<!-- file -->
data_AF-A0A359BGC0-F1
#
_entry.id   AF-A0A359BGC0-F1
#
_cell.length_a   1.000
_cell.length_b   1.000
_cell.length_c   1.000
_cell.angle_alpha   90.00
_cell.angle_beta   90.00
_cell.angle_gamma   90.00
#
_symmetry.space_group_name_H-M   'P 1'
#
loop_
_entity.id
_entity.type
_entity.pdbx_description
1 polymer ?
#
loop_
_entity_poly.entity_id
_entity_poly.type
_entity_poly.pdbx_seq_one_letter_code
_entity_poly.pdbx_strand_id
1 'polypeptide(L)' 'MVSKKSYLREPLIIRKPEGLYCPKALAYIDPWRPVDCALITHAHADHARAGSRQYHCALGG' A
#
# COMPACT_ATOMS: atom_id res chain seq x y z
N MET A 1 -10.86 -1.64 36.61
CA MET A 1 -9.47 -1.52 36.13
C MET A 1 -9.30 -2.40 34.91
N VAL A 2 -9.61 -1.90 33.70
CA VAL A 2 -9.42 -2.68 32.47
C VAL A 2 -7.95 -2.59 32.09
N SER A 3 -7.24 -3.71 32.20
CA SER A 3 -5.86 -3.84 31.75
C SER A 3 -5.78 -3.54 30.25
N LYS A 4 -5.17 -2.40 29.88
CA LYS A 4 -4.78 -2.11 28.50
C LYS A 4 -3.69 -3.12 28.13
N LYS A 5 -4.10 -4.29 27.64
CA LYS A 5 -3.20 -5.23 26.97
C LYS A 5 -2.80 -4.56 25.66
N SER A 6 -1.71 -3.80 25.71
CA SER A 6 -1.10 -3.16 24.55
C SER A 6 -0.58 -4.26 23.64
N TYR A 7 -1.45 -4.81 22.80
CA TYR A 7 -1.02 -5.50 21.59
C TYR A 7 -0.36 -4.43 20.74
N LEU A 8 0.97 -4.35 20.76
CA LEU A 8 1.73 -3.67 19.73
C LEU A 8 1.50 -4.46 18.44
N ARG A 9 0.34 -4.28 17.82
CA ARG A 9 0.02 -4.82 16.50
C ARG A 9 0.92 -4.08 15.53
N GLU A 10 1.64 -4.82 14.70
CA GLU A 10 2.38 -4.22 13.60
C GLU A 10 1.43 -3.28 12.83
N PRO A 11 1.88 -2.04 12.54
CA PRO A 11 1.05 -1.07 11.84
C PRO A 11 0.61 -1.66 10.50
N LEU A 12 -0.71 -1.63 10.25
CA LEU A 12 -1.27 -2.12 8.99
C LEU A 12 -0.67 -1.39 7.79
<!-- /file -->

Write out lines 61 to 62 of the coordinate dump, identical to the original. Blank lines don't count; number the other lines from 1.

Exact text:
N LEU A 12 -0.71 -1.63 10.25
CA LEU A 12 -1.27 -2.12 8.99